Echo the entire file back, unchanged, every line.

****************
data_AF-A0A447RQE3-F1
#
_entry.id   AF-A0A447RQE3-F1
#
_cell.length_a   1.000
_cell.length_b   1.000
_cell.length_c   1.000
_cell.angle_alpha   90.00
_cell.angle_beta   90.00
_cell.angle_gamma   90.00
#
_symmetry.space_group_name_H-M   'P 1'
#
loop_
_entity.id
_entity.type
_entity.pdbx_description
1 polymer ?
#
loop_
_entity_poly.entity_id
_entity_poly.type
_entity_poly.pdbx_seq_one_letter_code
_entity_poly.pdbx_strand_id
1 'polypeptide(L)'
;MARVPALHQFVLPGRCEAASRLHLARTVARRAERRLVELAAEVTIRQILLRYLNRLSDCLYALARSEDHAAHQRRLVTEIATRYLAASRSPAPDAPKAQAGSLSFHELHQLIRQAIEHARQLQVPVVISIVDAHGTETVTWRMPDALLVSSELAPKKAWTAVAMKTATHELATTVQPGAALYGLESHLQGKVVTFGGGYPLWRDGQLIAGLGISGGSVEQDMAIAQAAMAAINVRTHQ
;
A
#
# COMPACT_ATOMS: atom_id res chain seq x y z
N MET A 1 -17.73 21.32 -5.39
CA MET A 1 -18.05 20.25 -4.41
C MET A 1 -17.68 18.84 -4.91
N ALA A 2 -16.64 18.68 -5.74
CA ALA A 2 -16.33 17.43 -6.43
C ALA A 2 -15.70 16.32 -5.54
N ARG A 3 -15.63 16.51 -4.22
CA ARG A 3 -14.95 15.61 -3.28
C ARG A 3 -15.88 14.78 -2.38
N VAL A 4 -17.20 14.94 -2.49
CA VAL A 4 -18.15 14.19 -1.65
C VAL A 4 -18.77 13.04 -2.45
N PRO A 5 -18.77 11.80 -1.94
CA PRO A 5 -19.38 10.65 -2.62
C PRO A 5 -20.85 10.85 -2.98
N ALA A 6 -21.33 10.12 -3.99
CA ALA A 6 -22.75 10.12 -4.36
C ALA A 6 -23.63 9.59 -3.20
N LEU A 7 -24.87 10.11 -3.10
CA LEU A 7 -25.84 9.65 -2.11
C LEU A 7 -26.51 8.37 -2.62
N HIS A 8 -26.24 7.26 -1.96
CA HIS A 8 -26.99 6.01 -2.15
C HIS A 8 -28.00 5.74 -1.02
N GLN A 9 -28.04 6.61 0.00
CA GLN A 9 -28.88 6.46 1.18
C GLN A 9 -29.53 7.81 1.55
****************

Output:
data_AF-A0A447RQE3-F1
#
_entry.id   AF-A0A447RQE3-F1
#
_cell.length_a   1.000
_cell.length_b   1.000
_cell.length_c   1.000
_cell.angle_alpha   90.00
_cell.angle_beta   90.00
_cell.angle_gamma   90.00
#
_symmetry.space_group_name_H-M   'P 1'
#
loop_
_entity.id
_entity.type
_entity.pdbx_description
1 polymer ?
#
loop_
_entity_poly.entity_id
_entity_poly.type
_entity_poly.pdbx_seq_one_letter_code
_entity_poly.pdbx_strand_id
1 'polypeptide(L)'
;MARVPALHQFVLPGRCEAASRLHLARTVARRAERRLVELAAEVTIRQILLRYLNRLSDCLYALARSEDHAAHQRRLVTEIATRYLAASRSPAPDAPKAQAGSLSFHELHQLIRQAIEHARQLQVPVVISIVDAHGTETVTWRMPDALLVSSELAPKKAWTAVAMKTATHELATTVQPGAALYGLESHLQGKVVTFGGGYPLWRDGQLIAGLGISGGSVEQDMAIAQAAMAAINVRTHQ
;
A
#
# COMPACT_ATOMS: atom_id res chain seq x y z
N MET A 1 -17.73 21.32 -5.39
CA MET A 1 -18.05 20.25 -4.41
C MET A 1 -17.68 18.84 -4.91
N ALA A 2 -16.64 18.68 -5.74
CA ALA A 2 -16.33 17.43 -6.43
C ALA A 2 -15.70 16.32 -5.54
N ARG A 3 -15.63 16.51 -4.22
CA ARG A 3 -14.95 15.61 -3.28
C ARG A 3 -15.88 14.78 -2.38
N VAL A 4 -17.20 14.94 -2.49
CA VAL A 4 -18.15 14.19 -1.65
C VAL A 4 -18.77 13.04 -2.45
N PRO A 5 -18.77 11.80 -1.94
CA PRO A 5 -19.38 10.65 -2.62
C PRO A 5 -20.85 10.85 -2.98
N ALA A 6 -21.33 10.12 -3.99
CA ALA A 6 -22.75 10.12 -4.36
C ALA A 6 -23.63 9.59 -3.20
N LEU A 7 -24.87 10.11 -3.10
CA LEU A 7 -25.84 9.65 -2.11
C LEU A 7 -26.51 8.37 -2.62
N HIS A 8 -26.24 7.26 -1.96
CA HIS A 8 -26.99 6.01 -2.15
C HIS A 8 -28.00 5.74 -1.02
N GLN A 9 -28.04 6.61 0.00
CA GLN A 9 -28.88 6.46 1.18
C GLN A 9 -29.53 7.81 1.55